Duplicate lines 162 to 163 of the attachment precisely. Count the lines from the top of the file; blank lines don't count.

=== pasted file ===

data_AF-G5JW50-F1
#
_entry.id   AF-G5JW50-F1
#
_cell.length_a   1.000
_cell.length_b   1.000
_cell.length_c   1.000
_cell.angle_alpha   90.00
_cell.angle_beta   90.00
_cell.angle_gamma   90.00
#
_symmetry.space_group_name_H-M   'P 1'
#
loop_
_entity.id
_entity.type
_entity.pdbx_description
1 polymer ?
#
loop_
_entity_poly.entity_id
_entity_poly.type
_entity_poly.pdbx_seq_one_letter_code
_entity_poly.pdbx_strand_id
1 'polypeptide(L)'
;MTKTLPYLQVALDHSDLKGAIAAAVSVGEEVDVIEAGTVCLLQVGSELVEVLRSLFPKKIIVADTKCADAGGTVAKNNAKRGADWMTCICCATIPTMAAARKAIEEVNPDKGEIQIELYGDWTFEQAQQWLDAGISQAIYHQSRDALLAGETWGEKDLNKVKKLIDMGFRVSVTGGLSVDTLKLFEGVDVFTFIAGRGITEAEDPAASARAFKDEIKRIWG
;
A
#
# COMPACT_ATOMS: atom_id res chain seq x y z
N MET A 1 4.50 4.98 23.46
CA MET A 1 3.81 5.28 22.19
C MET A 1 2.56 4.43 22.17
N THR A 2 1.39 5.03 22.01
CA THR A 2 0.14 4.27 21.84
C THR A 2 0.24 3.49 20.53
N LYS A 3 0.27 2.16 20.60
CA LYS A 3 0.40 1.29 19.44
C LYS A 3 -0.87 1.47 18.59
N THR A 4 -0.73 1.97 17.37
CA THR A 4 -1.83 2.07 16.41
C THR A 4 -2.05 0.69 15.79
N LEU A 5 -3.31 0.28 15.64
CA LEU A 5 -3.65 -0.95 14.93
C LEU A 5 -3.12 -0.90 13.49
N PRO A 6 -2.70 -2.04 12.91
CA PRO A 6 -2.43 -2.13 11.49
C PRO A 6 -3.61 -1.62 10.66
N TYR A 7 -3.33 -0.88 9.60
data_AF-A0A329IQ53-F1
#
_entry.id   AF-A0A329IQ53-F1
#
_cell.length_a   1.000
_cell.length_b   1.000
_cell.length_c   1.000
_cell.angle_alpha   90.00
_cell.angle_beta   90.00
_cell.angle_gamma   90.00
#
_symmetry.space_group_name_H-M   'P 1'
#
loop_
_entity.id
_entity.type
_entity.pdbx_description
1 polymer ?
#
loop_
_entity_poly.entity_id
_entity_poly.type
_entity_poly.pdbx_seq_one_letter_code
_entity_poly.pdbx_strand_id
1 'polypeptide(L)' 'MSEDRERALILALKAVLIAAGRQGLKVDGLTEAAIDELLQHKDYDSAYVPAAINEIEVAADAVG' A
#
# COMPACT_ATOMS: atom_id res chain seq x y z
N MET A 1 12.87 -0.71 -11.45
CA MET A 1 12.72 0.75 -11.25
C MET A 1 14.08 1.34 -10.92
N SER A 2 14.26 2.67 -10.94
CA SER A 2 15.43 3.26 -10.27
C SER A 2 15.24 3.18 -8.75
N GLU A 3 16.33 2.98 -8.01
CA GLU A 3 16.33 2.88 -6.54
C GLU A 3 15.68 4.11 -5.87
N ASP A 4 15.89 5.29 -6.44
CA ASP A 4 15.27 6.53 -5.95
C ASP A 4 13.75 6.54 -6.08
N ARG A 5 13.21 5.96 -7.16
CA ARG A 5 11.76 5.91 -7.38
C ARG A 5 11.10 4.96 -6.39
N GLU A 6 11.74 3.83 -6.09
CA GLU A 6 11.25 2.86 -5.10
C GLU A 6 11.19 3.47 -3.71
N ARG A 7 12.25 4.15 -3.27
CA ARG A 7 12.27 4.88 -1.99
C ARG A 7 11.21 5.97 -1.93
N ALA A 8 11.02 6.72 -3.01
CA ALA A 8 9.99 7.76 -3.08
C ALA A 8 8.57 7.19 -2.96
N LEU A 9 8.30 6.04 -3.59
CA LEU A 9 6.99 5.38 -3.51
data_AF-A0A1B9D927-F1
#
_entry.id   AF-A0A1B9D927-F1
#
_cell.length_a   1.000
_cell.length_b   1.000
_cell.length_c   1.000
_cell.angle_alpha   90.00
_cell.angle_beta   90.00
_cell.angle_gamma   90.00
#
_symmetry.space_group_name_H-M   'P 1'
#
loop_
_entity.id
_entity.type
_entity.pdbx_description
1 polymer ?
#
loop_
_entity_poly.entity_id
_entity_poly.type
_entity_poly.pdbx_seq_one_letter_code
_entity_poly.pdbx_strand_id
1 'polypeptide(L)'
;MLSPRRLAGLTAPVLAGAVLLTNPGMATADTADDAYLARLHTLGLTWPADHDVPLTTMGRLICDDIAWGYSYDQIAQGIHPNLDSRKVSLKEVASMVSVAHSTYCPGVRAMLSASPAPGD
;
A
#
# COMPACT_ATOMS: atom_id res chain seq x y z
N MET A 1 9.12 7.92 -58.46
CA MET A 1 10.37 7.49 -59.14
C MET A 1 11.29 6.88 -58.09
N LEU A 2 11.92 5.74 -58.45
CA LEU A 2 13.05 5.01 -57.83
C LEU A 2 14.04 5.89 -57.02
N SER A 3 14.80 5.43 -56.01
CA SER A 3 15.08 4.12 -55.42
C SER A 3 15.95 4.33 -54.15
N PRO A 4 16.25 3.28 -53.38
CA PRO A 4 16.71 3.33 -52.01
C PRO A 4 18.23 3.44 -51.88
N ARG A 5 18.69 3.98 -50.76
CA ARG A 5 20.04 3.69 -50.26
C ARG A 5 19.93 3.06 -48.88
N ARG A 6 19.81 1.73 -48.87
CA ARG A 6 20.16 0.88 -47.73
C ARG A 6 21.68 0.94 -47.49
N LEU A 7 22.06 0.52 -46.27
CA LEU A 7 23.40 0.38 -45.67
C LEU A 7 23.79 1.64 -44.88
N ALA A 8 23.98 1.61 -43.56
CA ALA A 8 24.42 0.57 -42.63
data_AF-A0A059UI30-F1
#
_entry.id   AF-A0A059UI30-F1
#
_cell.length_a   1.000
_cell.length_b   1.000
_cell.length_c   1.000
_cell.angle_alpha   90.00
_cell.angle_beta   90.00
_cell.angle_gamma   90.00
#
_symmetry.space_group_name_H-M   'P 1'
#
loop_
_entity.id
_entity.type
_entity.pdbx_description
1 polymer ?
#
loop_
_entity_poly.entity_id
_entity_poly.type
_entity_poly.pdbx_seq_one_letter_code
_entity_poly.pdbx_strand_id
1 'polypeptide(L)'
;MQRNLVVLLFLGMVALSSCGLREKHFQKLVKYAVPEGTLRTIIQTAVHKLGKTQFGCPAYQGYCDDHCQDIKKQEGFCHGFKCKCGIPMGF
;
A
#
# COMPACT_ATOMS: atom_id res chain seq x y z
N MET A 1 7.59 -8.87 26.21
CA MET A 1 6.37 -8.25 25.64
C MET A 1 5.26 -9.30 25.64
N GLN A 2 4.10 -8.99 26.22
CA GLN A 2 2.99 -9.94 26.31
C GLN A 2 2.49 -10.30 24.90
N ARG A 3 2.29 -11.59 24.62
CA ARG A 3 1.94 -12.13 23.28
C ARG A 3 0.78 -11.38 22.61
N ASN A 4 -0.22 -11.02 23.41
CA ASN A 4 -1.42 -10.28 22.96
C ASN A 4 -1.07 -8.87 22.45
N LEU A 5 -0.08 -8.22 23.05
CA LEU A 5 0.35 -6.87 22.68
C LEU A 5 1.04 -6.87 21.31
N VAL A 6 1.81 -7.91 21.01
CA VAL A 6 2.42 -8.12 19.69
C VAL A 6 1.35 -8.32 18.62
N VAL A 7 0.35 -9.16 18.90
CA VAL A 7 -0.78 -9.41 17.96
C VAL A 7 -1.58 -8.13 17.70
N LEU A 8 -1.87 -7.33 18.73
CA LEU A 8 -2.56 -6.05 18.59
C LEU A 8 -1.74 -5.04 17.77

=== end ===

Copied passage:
_cell.length_c   1.000
_cell.angle_alpha   90.00